The concept of indoor farming is not new, since hothouse production of tomatoes, a wide variety of herbs, and other produce has been in vogue for some time. What is new is the urgent need to scale up this technology to accommodate another 3 billion people. An entirely new approach to indoor farming must be invented, employing cutting edge technologies. The Vertical Farm must be efficient (cheap to construct and safe to operate). Vertical farms, many stories high, will be situated in the heart of the world’s urban centers. If successfully implemented, they offer the promise of urban renewal, sustainable production of a safe and varied food supply (year-round crop production), and the eventual repair of ecosystems that have been sacrificed for horizontal farming.
It took humans 10,000 years to learn how to grow most of the crops we now take for granted. Along the way, we despoiled most of the land we worked, often turning verdant, natural ecozones into semi-arid deserts. Within that same time frame, we evolved into an urban species, in which 60% of the human population now lives vertically in cities. This means that, for the majority, we humans are protected against the elements, yet we subject our food-bearing plants to the rigors of the great outdoors and can do no more than hope for a good weather year. However, more often than not now, due to a rapidly changing climate regime, that is not what follows. Massive floods, protracted droughts, class 4-5 hurricanes, and severe monsoons take their toll each year, destroying millions of tons of valuable crops. Don’t our harvestable plants deserve the same level of comfort and protection that we now enjoy? The time is at hand for us to learn how to safely grow our food inside environmentally controlled multistory buildings within urban centers. If we do not, then in just another 50 years, the next 3 billion people will surely go hungry, and the world will become a much more unpleasant place in which to live.
Advantages of Vertical Farming
– Year-round crop production; 1 indoor acre is equivalent to 4-6 outdoor acres or more, depending upon the crop (e.g., strawberries: 1 indoor acre = 30 outdoor acres);
– No weather-related crop failures due to droughts, floods, pests;
– All VF food is grown organically: no herbicides, pesticides, or fertilizers;
– VF virtually eliminates agricultural runoff by recycling black water;
– VF returns farmland to nature, restoring ecosystem functions and services;
– VF greatly reduces the incidence of many infectious diseases that are acquired at the agricultural interface;
– VF converts black and gray water into potable water by collecting the water of evapotranspiration;
– VF adds energy back to the grid via methane generation from composting non-edible parts of plants and animals;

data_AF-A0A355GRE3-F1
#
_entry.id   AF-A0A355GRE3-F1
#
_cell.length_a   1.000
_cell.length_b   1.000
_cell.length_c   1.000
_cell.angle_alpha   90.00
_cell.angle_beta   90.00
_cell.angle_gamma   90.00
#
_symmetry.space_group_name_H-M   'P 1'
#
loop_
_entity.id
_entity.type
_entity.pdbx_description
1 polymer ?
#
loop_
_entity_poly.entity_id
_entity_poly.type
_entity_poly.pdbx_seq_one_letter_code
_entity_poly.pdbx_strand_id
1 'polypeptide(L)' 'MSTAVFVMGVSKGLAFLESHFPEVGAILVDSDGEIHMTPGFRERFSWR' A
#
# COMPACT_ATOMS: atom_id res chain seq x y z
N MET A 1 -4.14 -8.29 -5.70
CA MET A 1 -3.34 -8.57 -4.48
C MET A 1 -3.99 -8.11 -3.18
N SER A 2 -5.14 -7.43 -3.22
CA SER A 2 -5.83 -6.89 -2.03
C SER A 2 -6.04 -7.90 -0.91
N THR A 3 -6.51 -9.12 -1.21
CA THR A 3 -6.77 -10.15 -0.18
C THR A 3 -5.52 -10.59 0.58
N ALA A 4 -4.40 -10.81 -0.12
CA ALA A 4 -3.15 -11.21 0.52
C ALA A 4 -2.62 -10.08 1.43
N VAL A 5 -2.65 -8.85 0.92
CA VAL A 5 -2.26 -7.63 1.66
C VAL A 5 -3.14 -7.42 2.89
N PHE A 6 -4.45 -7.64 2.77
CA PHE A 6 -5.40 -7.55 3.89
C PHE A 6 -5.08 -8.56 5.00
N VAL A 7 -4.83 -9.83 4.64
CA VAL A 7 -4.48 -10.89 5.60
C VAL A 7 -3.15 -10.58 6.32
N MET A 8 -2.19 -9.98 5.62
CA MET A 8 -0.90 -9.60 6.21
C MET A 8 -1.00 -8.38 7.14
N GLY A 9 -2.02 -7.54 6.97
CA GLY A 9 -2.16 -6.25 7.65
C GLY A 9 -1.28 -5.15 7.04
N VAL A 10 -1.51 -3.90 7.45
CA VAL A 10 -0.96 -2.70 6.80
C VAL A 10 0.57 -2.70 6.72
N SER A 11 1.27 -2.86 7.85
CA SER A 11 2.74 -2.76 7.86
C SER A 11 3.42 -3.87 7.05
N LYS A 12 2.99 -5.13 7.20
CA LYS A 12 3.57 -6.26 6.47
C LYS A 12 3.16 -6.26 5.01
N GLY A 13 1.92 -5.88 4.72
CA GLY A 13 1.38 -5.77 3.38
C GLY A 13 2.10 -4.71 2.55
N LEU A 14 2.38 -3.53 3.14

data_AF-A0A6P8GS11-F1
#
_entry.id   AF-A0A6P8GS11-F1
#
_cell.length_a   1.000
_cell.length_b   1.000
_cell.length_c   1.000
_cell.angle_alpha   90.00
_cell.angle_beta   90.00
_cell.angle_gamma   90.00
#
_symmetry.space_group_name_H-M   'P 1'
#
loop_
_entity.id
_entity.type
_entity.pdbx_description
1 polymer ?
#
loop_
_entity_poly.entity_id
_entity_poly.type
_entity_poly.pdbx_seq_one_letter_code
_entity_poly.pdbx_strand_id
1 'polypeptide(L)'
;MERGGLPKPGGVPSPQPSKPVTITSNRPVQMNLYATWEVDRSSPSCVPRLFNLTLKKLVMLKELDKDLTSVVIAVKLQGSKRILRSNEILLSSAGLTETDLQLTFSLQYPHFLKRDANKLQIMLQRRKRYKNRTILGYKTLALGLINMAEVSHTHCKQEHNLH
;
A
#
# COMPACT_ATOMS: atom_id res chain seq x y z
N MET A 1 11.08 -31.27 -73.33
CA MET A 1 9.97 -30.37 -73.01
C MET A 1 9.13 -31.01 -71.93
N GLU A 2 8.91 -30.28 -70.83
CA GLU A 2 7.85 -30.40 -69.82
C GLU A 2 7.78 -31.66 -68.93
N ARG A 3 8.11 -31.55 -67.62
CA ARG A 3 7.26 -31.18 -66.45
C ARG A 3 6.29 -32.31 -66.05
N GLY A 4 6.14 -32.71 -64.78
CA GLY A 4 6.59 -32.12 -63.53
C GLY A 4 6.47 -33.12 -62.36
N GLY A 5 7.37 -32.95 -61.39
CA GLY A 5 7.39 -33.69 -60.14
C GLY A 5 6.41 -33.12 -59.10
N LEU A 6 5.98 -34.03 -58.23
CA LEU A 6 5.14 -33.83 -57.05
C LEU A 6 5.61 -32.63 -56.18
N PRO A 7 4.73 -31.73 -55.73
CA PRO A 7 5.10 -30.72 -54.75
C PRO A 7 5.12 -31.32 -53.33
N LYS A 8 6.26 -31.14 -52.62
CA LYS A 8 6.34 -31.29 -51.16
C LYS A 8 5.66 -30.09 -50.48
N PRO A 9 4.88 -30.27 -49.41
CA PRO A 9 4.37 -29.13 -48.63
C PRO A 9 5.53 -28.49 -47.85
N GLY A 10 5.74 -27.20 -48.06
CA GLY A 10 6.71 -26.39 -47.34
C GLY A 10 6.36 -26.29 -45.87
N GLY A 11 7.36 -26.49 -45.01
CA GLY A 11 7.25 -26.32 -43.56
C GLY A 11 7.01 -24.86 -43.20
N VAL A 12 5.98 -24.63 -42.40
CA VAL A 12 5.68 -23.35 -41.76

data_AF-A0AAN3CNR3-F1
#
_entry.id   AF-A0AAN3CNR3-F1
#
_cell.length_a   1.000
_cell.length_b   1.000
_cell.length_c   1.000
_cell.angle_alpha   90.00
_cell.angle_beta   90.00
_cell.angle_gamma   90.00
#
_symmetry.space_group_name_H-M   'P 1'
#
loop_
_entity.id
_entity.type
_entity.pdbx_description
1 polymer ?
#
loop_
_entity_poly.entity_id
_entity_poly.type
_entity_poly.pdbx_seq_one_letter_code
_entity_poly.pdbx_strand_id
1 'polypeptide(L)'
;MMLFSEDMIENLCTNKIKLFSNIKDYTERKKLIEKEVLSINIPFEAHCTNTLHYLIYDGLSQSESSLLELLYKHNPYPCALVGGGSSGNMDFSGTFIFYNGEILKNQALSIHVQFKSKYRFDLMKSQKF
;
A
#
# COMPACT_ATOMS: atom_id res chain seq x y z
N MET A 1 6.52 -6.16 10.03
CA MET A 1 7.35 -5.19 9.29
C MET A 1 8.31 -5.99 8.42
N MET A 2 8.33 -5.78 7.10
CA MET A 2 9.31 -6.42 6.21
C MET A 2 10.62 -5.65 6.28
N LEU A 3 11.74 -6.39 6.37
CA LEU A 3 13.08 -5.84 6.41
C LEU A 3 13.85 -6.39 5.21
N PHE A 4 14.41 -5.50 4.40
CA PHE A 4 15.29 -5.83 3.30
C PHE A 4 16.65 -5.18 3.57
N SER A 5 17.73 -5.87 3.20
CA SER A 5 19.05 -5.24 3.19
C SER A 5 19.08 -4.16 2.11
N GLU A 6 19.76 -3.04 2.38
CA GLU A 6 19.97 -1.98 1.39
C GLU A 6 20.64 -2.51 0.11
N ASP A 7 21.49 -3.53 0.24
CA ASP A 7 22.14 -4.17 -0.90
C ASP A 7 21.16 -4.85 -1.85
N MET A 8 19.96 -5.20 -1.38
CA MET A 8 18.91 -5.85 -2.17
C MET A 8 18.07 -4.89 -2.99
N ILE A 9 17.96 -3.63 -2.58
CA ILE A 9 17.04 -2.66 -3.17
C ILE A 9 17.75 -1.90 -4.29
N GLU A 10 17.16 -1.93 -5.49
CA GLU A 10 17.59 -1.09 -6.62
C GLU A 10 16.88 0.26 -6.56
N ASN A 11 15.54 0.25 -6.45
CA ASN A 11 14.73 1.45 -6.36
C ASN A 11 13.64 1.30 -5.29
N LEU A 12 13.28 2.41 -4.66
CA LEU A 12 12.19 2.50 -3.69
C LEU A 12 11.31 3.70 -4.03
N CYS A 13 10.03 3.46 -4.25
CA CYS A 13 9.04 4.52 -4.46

– VF dramatically reduces fossil fuel use (no tractors, plows, shipping.);
– VF converts abandoned urban properties into food production centers;
– VF creates sustainable environments for urban centers;
– VF creates new employment opportunities;
– We cannot go to the moon, Mars, or beyond without first learning to farm indoors on earth;
– VF may prove to be useful for integrating into refugee camps;
– VF offers the promise of measurable economic improvement for tropical and subtropical LDCs. If this should prove to be the case, then VF may be a catalyst in helping to reduce or even reverse the population growth of LDCs as they adopt urban agriculture as a strategy for sustainable food production;
– VF could reduce the incidence of armed conflict over natural resources, such as water and land for agriculture.
One of the first designs of its kind, the compelling vertical farm project above was undertaken by Chris Jacobs in cooperation with the grandfather of skyscraper farm concepts: Dr. Dickson Despommier of Columbia University. His ideal: all-in-one eco-towers would be actually produce more energy, water (via condensation/purification) and food than their occupants would consume. His mission: to gather architects, engineers, economists and urban planners to develop a sustainable and high-tech wonder of ecological engineering.
Architect Pierre Sartoux of Atelier SOA has gone a step further and put some serious design talent behind his proposal for a vertical farming skyscraper. A light-shading skin wraps around the structure and opens to admit sunlight at particular locations for various functional (and aesthetic) purposes. The building’s air, heating and cooling systems are wind-driven and circulate oxygen and carbon dioxide between growing and living spaces. The simple but reinforced structure is designed to handle additional dead loads from the weight of growing floors and also serve to make the entire building more durable (and thus sustainable).